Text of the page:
December 03, 2014

Why I Harp On Merchandise Productivity

There's a recurring theme in my projects, during the past two years.
  1. The business is not meeting expectations.
  2. Merchandise productivity - the amount of $ comparable customers spend on merchandise, is not improving.
  3. The marketing team is blamed for the inability to sell merchandise.
When you don't have merchandise productivity analyzed, isolated, and quantified, then your marketing team is going to get picked on.

Look at the example here. Today, the search marketing team is perceived as "doing a good job". They are generating profit on the average $0.50 cost per click. Good job, well done, these folks know how to optimize the business. Time to write a white paper about best practices, don't you think?

A year later, merchandise productivity drops 20%. But if nobody bothers to quantify that merchandise productivity dropped 20%, then the search folks are going to get blamed. Look at their performance! They used to generate $5.50 profit per order ... now they are losing $4.50 per order. Idiots! It's time to fire the vendor, first and foremost, it's the fault of the vendor. When a new vendor fails to fix the problem, then it's time to go read a white paper about best practices - maybe the very paper written a year ago! And when that doesn't work, then it's time to fire somebody in the marketing department.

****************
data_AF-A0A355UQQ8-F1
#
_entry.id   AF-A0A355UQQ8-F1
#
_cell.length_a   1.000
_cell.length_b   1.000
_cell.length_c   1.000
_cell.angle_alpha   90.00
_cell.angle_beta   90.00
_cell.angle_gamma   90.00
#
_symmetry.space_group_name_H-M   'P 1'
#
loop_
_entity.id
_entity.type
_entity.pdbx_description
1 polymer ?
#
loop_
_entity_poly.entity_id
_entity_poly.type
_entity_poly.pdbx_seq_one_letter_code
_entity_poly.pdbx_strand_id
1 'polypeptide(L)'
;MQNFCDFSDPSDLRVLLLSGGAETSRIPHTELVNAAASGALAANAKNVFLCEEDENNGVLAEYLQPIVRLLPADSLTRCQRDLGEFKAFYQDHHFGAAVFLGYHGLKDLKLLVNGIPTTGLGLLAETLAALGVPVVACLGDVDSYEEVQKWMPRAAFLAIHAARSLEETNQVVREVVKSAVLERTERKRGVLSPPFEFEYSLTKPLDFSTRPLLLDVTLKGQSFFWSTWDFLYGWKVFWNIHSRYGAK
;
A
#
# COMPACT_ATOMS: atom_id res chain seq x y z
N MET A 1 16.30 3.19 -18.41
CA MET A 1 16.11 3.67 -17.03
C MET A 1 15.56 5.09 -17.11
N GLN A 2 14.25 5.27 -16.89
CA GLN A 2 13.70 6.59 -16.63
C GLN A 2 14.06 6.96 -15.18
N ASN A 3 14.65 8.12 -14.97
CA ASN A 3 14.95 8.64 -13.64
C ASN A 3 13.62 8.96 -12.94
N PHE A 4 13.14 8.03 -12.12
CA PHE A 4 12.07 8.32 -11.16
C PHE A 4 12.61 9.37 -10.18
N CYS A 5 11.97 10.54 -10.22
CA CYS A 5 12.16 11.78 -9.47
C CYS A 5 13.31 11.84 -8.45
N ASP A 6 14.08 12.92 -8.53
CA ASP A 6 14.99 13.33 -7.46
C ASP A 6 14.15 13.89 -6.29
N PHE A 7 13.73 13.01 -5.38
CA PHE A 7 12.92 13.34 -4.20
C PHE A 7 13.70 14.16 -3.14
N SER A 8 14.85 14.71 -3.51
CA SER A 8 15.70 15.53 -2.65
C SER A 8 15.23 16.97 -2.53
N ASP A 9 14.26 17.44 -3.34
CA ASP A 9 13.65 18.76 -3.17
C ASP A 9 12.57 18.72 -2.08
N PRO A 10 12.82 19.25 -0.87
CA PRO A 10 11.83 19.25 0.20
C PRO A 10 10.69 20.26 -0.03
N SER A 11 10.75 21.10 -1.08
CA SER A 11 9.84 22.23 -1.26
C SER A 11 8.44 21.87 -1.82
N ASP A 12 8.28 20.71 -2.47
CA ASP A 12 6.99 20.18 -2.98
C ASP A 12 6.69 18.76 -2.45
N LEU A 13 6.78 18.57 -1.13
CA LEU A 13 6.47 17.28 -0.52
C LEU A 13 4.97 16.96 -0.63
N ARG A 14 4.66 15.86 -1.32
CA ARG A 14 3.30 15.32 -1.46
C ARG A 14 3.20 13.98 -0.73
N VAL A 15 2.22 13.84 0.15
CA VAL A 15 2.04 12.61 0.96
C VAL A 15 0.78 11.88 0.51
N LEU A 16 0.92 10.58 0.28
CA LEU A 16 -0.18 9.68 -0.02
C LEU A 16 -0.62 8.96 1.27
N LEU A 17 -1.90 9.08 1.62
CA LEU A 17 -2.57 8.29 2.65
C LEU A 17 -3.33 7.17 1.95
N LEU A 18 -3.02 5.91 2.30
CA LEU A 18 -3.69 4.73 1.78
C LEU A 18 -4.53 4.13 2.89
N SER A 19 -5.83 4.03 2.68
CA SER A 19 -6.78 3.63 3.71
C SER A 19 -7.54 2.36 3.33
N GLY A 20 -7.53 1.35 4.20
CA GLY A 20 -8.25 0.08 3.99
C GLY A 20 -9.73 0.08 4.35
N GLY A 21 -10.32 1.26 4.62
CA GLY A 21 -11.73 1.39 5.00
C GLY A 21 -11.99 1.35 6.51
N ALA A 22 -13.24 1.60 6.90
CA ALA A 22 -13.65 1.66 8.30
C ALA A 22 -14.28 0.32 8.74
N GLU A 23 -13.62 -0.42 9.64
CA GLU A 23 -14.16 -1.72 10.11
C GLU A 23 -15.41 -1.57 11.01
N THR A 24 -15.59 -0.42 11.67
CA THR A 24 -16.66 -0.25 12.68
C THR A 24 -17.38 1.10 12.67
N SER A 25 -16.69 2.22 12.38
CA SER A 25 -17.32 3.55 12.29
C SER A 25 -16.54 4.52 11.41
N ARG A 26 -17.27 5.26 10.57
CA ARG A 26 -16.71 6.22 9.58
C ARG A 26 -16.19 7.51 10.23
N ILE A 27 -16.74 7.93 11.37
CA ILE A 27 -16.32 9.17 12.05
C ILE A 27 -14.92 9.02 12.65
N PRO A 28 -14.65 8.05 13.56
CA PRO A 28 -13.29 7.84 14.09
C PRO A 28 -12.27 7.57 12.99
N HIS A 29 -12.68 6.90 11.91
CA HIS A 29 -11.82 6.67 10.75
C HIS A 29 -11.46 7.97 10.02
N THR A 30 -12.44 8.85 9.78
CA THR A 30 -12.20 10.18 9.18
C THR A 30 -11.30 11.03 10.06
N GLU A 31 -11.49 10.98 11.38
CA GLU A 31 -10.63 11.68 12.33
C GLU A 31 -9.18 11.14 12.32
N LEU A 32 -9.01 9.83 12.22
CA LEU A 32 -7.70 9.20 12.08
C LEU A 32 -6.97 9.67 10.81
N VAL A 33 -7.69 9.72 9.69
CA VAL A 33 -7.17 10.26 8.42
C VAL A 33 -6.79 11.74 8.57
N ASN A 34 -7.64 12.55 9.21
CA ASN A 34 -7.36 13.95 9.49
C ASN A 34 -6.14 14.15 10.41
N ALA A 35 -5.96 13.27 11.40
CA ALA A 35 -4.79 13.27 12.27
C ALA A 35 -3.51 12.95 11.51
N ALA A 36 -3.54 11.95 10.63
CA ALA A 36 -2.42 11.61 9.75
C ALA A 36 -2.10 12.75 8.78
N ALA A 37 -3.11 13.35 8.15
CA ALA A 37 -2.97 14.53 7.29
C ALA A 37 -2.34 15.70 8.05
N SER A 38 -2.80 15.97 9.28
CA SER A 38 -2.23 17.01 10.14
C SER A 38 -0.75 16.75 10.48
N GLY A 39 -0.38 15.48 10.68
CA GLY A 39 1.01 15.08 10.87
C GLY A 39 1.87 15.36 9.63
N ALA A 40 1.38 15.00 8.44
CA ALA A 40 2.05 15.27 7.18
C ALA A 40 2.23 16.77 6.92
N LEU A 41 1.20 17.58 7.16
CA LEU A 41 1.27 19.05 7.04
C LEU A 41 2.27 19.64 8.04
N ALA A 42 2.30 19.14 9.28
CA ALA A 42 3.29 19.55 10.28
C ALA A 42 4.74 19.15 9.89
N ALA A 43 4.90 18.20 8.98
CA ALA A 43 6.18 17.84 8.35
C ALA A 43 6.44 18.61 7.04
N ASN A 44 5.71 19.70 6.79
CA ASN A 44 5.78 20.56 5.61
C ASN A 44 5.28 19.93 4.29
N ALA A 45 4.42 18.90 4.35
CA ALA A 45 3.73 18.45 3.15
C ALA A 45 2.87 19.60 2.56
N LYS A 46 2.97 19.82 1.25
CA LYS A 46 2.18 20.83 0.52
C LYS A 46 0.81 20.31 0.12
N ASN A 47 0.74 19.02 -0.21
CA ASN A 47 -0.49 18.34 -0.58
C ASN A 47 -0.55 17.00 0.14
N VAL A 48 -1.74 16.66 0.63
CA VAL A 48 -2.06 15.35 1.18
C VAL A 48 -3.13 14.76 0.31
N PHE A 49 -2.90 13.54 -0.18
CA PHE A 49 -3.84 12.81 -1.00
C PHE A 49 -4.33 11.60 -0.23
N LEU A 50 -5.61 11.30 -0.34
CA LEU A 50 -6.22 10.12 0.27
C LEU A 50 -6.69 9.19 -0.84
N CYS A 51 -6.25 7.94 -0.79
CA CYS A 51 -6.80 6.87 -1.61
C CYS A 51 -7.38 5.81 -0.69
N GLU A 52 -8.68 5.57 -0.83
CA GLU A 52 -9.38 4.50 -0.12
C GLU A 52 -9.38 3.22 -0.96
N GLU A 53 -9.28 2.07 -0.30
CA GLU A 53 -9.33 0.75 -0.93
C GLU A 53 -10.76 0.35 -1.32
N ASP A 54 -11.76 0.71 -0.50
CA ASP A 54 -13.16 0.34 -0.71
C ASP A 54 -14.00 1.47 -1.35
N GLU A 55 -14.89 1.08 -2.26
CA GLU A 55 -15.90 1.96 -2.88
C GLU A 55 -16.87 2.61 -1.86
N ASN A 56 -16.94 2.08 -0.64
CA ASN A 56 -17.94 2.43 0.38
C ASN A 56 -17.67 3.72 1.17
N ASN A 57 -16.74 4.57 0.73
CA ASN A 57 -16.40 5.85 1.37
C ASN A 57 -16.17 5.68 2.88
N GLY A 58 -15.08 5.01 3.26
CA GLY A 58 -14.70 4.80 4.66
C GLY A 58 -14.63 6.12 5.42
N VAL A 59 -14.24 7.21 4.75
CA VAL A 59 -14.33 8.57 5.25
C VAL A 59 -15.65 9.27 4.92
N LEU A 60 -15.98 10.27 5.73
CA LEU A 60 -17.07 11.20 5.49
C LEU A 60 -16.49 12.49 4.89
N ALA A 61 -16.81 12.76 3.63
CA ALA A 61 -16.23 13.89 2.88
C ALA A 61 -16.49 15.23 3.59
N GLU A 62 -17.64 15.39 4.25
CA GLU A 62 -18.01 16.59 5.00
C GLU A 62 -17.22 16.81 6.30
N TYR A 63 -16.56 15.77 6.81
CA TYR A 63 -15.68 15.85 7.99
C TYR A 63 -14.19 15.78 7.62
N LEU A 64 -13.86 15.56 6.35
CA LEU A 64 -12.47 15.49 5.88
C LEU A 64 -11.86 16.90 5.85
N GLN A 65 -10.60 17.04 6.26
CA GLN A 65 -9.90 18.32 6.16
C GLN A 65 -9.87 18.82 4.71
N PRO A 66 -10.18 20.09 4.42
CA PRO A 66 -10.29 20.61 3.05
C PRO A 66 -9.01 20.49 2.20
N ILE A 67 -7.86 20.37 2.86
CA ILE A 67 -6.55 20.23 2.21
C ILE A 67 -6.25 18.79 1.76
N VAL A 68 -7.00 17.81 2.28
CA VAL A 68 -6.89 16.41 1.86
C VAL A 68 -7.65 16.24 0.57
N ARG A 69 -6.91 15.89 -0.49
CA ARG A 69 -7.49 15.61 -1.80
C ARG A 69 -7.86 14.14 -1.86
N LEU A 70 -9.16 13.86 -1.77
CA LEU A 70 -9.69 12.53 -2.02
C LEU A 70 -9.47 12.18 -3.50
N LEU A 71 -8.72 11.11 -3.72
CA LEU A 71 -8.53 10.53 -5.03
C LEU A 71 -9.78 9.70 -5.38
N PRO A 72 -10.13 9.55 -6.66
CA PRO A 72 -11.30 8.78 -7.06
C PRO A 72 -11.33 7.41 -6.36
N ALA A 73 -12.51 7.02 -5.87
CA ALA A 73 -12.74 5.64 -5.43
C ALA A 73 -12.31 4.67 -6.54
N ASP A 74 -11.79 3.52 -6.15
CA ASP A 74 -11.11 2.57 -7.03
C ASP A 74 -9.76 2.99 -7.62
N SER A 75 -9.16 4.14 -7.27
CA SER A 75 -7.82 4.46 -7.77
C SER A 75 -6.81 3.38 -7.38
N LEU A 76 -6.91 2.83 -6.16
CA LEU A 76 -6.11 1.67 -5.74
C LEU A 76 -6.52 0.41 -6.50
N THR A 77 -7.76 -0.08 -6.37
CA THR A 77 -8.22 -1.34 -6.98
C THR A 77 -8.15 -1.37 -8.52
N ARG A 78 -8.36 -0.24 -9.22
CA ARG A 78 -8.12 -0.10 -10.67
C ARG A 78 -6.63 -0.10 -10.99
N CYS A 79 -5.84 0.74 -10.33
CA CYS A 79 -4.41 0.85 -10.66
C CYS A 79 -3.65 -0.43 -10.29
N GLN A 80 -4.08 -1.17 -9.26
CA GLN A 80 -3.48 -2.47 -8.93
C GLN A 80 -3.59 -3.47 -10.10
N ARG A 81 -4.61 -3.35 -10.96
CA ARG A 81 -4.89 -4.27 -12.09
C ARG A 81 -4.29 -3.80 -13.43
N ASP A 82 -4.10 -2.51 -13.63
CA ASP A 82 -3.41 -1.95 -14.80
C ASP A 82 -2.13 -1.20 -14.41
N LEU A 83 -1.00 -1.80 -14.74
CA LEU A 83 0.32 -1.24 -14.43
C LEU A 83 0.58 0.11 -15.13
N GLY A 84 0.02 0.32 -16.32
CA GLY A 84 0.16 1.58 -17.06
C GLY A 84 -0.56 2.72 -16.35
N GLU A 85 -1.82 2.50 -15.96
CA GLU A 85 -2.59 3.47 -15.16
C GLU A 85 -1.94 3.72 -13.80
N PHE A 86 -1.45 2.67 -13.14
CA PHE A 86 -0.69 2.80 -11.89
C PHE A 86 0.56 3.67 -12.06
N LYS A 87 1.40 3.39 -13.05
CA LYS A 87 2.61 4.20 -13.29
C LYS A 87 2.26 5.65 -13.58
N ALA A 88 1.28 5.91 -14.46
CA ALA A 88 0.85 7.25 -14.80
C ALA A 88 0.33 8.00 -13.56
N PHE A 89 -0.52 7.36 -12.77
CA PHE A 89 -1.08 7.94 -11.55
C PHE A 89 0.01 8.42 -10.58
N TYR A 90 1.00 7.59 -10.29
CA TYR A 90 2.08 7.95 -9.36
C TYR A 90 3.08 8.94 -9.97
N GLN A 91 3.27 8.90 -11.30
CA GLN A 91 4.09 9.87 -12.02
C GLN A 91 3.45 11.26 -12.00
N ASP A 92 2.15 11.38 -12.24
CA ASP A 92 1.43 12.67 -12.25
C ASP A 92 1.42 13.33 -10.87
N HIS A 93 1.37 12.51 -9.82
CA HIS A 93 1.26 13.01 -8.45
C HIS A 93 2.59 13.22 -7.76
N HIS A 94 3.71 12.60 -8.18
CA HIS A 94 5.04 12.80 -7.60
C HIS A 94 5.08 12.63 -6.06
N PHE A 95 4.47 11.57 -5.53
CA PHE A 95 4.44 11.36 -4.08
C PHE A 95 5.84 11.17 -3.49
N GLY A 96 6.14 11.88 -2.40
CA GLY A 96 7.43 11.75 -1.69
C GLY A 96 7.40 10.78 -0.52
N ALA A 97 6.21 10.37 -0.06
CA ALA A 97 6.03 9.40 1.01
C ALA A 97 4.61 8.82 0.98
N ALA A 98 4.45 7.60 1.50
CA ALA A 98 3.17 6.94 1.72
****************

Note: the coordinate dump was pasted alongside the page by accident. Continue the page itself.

Marketers - please analyze merchandise productivity. It's a pretty important topic, don't you think?

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